Cashel

We left Cork at like nine to get to Mitchelstown Cave, which Riley read was probably the best in Ireland aside from Marble Arches, in Northern Ireland. Why do I always end up in caves? I really like them but this feels like an abnormal proportion of my life, spent in caves. Anyway, it was cheap and not super developed, at least in comparison to Carlsbad or Kartchner, so we were clambering deep underground. Topside, it was raining a little, our first day of sub-perfect weather, but it was bearable.

We drove over to Cashel next and walked through some random Irish guy’s field to Hore Abbey (above), the extensive ruins that had some awesome views of the Rock of Cashel. The Rock of Cashel isn’t a castle, but a collection of religious buildings, including a ruined cathedral (below) and a round tower, which I mentioned is a uniquely Irish building type. So the entire hill is this odd mishmash of old churches and older ones, graves and towers and whatnot. There’s a chapel that we could only go into for fifteen minutes so as not to destroy it with our tourist breath. It had the only, and thus oldest, extant medieval fresco painting in Ireland.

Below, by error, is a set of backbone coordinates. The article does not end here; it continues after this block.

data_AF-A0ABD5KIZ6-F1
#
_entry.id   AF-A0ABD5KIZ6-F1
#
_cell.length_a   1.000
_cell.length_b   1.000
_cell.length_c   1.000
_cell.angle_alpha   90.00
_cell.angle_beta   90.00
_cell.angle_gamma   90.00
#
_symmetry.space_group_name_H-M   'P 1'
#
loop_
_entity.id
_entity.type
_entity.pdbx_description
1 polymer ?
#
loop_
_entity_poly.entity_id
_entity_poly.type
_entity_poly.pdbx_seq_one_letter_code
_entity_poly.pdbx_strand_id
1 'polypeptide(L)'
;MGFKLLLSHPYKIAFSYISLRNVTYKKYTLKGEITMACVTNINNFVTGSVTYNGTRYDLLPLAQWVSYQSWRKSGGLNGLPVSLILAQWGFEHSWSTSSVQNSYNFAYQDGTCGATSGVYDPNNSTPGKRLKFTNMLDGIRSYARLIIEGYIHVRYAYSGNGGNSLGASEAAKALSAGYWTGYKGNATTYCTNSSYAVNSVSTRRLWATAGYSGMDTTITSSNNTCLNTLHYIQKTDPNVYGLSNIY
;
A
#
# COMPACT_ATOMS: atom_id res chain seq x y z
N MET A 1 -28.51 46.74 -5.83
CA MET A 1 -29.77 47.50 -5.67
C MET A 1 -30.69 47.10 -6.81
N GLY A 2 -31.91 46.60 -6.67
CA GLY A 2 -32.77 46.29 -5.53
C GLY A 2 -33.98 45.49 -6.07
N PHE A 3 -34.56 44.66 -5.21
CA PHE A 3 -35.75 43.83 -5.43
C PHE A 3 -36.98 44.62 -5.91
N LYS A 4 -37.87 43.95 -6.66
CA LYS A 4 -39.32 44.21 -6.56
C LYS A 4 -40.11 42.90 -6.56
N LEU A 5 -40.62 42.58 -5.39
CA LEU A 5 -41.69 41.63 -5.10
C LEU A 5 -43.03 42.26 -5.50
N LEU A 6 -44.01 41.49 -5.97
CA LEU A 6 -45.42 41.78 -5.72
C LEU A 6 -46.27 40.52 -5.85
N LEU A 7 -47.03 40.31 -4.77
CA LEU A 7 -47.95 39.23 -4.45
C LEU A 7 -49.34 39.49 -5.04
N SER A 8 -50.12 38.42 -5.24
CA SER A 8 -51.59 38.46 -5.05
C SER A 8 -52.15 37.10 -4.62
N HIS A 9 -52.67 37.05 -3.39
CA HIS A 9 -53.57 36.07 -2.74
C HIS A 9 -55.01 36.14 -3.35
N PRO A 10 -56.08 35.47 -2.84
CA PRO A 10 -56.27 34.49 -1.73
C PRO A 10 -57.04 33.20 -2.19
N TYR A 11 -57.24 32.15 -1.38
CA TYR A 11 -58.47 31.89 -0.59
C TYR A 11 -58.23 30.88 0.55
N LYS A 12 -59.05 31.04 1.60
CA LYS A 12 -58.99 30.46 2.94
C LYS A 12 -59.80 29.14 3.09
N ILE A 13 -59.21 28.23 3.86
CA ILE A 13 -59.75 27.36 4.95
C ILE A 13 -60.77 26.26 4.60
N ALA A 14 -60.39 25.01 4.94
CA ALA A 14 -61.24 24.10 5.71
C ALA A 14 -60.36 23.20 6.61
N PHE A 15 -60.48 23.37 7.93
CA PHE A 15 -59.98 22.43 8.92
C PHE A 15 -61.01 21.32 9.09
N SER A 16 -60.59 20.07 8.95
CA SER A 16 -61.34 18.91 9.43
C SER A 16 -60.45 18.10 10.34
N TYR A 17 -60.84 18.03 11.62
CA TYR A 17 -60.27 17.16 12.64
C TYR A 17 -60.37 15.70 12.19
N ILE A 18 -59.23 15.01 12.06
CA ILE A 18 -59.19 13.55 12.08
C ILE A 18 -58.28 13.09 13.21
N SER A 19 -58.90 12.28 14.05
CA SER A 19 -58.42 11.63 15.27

After some glamour shots (also below), we drove to Bunratty. Our B&B was spectacularly strange, and this after we stayed for many days in odd places, B&Bs largely, with their own quirks. The one in Bunratty was tended to by this gravekeeper sort of guy and all of the decorations were lacy and 1940s-ish. Riley for some reason booked us double rooms everywhere, which translates to one large bed and one bed sized for a sickly Victorian child.

Late that night, we walked over to Bunratty Castle for a medieval banquet. What a hilarious and wonderful experience–so worth the fifty euros we spent on it. They had people in costume serve us mead after we climbed up this narrow spiral staircase. Riley and I drank so much free white wine and sat on these long benches eating with our hands–some sort of turnip soup, ribs, roast chicken, and cinnamon apple pie. The food was pretty good but the whole time, the entertainers played music and told history jokes. The audience was like 95% older people coming off tour buses, and then here’s Riley and me, randos who’d rather be at a medieval banquet than a club. This was probably my favorite thing we did. And Hore Abbey might be my favorite thing we saw. So a fantastic day, all around & what an insane life.

One thought on “Cashel

  1. Sara: we have a recipe for Mead that you can make when you return home; just to keep the ambience if your trip from time to tine. Hahahaha!

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